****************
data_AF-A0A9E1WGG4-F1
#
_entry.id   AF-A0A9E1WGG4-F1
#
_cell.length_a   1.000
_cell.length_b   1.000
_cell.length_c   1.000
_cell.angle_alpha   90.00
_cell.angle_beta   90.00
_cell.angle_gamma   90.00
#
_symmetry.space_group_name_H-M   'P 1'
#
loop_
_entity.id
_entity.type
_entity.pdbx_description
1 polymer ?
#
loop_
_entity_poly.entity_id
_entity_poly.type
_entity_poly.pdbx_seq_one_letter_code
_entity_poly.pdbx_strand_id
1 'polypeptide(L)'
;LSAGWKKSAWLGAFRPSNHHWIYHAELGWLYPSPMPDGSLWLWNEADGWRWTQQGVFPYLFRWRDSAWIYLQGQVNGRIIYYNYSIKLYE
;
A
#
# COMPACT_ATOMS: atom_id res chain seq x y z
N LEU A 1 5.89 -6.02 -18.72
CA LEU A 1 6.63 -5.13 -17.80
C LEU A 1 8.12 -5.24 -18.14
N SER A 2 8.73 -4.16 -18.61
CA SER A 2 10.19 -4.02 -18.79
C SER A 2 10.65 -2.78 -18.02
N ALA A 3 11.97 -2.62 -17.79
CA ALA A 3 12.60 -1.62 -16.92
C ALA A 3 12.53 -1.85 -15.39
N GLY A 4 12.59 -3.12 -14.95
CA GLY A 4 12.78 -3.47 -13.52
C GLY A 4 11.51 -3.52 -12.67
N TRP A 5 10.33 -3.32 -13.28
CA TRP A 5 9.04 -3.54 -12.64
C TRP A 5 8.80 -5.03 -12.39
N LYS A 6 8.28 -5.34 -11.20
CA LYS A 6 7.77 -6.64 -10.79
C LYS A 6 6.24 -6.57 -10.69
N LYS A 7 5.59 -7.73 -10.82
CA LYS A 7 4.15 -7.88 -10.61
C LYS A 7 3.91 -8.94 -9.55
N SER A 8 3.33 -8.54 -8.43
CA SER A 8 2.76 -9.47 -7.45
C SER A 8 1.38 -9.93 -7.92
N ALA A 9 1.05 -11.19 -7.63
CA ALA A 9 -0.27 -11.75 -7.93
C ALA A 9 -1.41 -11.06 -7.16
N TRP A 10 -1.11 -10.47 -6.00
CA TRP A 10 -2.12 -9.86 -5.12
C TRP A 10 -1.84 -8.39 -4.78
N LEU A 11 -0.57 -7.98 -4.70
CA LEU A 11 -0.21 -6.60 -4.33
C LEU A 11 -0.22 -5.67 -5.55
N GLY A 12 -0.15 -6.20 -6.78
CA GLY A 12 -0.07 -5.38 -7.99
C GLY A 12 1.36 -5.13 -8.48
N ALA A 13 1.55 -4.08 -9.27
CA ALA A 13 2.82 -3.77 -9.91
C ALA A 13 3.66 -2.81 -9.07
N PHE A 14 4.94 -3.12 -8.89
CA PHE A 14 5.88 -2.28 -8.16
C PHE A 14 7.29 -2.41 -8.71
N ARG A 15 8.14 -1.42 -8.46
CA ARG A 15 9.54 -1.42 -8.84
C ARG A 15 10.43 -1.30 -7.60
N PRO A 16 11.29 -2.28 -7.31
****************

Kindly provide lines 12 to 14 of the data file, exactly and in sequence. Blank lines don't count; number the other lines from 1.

_symmetry.space_group_name_H-M   'P 1'
#
loop_